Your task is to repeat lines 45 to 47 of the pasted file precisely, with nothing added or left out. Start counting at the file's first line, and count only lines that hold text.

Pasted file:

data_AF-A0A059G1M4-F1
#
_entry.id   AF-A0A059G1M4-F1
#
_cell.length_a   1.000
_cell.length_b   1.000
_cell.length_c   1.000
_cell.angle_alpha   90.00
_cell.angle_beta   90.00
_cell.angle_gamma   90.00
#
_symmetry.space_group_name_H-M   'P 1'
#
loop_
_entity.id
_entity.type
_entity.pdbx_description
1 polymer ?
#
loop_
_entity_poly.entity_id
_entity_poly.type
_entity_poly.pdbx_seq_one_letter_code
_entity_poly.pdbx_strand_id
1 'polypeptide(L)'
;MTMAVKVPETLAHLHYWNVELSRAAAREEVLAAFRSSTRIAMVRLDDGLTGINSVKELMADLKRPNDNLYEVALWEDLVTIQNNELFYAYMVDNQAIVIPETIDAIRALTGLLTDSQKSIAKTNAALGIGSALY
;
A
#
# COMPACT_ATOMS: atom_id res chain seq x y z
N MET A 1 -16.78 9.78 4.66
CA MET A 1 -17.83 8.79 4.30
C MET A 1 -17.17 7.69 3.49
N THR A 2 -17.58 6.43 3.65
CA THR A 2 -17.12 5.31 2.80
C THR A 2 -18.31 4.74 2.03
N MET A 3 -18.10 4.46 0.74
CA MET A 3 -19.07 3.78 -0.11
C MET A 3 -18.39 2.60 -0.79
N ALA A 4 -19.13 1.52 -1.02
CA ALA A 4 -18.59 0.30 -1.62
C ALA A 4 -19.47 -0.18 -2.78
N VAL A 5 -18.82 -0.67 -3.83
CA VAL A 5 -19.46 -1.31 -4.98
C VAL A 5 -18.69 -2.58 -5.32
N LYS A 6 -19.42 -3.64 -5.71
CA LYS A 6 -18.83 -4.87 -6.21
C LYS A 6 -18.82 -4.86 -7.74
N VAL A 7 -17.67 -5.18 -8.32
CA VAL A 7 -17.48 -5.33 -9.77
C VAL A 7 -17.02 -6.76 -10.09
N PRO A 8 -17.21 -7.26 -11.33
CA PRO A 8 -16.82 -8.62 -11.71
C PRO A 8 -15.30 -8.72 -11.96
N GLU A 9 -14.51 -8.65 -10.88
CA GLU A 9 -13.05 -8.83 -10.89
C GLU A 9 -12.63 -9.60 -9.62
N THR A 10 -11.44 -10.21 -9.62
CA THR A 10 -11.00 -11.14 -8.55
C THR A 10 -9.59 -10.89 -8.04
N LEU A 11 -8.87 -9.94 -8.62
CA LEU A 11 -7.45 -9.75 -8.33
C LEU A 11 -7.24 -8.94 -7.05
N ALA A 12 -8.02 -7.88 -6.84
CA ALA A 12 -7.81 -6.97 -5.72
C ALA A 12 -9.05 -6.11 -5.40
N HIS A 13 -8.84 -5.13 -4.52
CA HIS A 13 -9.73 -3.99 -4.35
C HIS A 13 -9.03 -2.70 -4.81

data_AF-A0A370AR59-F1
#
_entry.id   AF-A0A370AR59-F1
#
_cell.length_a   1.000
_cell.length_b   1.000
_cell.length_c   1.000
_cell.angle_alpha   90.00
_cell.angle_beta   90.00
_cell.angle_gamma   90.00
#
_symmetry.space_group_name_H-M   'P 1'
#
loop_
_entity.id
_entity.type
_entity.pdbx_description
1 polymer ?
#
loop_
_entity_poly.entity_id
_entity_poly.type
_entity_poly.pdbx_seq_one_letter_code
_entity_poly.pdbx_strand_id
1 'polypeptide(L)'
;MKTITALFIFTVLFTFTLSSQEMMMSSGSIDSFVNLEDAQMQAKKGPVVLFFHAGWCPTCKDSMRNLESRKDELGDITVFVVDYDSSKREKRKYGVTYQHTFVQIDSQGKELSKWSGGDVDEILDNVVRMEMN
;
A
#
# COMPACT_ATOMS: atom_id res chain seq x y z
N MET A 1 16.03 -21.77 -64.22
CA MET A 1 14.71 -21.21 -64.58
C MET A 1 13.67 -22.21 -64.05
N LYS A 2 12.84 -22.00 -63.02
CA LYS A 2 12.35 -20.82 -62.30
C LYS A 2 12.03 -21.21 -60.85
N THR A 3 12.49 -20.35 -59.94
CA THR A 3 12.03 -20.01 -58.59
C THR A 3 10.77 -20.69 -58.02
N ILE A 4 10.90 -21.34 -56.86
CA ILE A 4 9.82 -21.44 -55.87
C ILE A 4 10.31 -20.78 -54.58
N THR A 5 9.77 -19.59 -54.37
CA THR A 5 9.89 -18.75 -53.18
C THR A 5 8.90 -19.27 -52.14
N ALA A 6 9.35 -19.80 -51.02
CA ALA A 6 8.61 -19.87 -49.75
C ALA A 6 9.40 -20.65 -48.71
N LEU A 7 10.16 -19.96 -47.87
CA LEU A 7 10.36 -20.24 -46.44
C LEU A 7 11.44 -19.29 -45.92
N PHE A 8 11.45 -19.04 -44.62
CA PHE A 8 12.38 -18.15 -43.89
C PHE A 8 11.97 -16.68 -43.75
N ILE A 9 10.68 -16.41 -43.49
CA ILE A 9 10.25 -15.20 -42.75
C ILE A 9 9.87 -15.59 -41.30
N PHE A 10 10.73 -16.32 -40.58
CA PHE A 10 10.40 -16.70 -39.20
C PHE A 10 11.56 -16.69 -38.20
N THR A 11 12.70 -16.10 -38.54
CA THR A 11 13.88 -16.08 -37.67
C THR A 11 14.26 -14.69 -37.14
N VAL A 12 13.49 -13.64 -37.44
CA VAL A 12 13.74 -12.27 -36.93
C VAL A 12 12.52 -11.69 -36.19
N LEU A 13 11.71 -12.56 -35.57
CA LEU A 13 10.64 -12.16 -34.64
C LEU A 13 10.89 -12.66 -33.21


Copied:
C VAL A 5 -18.69 -2.58 -5.32
N LYS A 6 -19.42 -3.64 -5.71
CA LYS A 6 -18.83 -4.87 -6.21